Venezuela has the world’s largest oil reserves, larger even than those in the US, Russia or Saudi Arabia. Much of Venezuela’s oil is difficult and expensive to retrieve, but it is there. Unfortunately for the people of Venezuela, the socialist leaders — beginning under Maduro’s predecessor Hugo Chavez — have plundered the country’s once-diverse industries and tried to rely on oil alone to sustain the system. When oil prices dropped, starting at the end of 2014, Venezuela became a very poor country. Within a couple of years, lack of funds and poor management meant that even the national oil company, PDVSA, was falling apart. Today, Venezuela is only able to produce about 60 percent of the oil it is allotted under the current OPEC agreement.

Some of the countries that support Guaido now believe it is time to use geopolitical tools to actively encourage a turnover of power and help return Venezuela to the prosperous country it was before it turned down the path of socialism.

Ellen R. Wald

The Venezuelan oil industry is the government’s only real source of revenue since it destroyed the rest of the economy, but even the oil industry is falling apart. The US government wants to precipitate that decline, which the White House seems to think is simple because Venezuela’s oil business is so closely tied to the US.

PDVSA has a subsidiary called Citgo, which owns refineries in the US and franchises gasoline stations across the US. Citgo refineries were importing a little more than half a million barrels of oil per day before the sanctions were announced. Moreover, the US was actually exporting gasoline and diluents to Venezuela so it could fuel itself. 

The new sanctions allow Citgo and others in America to import Venezuelan oil, but the revenue will be held in escrow accounts that the Maduro regime cannot access. In other words, Venezuela can continue to provide crude oil to its business in the US, but Maduro’s government will never benefit from those transactions. There are still Venezuelan ships en route to the US, but soon enough Citgo will no longer be running. Maduro is not a fool, and there is no benefit for him to allow Citgo to run and enrich anyone but himself.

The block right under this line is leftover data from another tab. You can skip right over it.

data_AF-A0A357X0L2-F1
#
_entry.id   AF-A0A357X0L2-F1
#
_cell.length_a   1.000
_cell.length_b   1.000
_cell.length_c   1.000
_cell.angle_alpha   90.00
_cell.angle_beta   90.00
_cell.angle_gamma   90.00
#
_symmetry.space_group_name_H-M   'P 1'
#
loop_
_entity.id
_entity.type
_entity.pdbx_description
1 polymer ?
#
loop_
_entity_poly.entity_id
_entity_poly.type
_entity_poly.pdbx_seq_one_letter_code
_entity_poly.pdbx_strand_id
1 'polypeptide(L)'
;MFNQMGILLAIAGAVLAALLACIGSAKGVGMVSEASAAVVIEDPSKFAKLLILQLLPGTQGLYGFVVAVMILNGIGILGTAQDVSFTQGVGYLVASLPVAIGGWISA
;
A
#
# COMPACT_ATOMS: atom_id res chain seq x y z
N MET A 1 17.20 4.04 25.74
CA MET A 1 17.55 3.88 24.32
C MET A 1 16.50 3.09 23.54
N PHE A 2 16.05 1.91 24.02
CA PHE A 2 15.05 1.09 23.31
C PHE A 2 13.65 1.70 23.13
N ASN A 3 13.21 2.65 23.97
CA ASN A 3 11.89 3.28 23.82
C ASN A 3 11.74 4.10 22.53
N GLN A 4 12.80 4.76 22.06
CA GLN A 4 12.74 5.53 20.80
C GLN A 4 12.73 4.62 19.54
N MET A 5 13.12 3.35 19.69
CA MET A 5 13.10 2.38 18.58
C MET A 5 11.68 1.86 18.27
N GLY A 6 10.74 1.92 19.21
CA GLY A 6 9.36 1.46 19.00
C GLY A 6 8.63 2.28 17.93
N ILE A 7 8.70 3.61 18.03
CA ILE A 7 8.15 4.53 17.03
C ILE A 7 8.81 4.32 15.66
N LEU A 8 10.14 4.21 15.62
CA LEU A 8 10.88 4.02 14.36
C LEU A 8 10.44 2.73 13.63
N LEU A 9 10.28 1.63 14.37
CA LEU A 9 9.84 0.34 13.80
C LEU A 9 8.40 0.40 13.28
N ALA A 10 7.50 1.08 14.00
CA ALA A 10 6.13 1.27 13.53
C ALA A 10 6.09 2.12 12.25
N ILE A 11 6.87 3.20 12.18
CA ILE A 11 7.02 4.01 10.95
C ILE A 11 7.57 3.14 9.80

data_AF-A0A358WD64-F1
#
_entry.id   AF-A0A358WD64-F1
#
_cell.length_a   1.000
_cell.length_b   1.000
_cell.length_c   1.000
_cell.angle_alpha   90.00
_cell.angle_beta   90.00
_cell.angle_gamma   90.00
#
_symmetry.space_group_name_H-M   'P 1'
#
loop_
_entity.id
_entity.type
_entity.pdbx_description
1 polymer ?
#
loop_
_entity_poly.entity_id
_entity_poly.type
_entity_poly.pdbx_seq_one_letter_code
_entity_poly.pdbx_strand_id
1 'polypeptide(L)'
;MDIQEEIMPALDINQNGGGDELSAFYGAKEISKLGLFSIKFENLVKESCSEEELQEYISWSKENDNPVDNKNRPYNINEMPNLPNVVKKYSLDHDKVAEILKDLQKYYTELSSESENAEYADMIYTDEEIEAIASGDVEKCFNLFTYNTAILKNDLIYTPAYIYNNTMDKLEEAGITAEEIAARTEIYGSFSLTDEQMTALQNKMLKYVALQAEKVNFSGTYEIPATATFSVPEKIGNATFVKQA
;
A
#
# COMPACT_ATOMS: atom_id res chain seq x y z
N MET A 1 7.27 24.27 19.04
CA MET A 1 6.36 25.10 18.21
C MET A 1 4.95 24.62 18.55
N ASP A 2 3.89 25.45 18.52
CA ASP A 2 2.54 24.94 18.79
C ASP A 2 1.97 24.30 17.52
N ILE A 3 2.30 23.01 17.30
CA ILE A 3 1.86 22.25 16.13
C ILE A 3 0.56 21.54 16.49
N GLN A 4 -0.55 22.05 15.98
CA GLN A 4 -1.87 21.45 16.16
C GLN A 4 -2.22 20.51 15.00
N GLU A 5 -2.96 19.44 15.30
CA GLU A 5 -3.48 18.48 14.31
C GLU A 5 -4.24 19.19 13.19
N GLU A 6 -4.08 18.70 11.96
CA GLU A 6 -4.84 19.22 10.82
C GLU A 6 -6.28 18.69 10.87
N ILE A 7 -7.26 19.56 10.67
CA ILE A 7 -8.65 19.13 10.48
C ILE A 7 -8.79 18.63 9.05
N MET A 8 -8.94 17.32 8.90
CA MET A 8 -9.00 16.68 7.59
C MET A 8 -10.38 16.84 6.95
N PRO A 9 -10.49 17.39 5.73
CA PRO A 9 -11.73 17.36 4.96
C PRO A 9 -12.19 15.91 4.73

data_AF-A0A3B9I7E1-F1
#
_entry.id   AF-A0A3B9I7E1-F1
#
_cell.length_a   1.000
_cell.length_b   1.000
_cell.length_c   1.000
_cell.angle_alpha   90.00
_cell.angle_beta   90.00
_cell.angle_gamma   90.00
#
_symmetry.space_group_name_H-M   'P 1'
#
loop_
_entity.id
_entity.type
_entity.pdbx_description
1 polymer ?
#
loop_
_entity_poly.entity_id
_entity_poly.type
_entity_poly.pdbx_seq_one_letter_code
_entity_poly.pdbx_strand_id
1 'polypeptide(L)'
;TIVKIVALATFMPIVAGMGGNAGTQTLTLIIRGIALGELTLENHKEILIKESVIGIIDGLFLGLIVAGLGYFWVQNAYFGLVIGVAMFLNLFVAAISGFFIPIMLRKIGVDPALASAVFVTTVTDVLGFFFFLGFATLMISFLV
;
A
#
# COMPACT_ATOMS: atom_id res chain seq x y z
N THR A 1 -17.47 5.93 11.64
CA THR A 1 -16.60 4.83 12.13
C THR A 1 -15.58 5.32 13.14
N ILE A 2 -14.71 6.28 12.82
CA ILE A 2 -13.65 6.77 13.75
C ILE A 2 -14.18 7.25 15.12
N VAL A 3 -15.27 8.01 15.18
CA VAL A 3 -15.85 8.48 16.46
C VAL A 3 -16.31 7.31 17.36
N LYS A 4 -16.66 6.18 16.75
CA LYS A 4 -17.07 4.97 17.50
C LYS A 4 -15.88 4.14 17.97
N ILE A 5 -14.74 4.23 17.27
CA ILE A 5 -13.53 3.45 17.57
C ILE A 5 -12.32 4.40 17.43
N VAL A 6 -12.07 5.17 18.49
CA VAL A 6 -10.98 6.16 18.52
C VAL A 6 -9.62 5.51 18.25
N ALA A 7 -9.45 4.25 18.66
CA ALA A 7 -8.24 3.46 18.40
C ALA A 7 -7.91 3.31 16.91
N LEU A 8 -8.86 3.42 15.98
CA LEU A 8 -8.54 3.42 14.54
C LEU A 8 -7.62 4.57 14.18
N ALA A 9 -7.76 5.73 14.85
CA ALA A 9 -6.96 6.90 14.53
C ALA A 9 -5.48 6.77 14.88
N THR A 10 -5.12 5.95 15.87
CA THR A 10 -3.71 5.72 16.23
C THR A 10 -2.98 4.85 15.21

These sanctions will undoubtedly hurt Maduro and his government. However, they will likely also have severe negative consequences for the US, especially if Maduro holds on to power for months or even years. Again, no one can predict how long Maduro will stay.
If Citgo stops its operations, almost 3,500 Americans will be out of work. Moreover, the price of gasoline will rise. American-owned Citgo franchises would have to rebrand and contract for new gasoline, disrupting their operations and profits. Moreover, PDVSA uses proceeds from Citgo to pay its debt to Russian-owned oil firm Rosneft, and a 49.9 percent stake in Citgo serves as collateral on that debt. The US could refuse to allow Rosneft to take ownership of that portion of Citgo, but it would prefer it if the situation did not arise.

Maduro must go to save the people of Venezuela, but the US should be careful not to hurt itself along the way.

• Ellen R. Wald, Ph.D. is a historian and author of “Saudi, Inc.” She is the president of Transversal Consulting and also teaches Middle East history and policy at Jacksonville University. Twitter: @EnergzdEconomy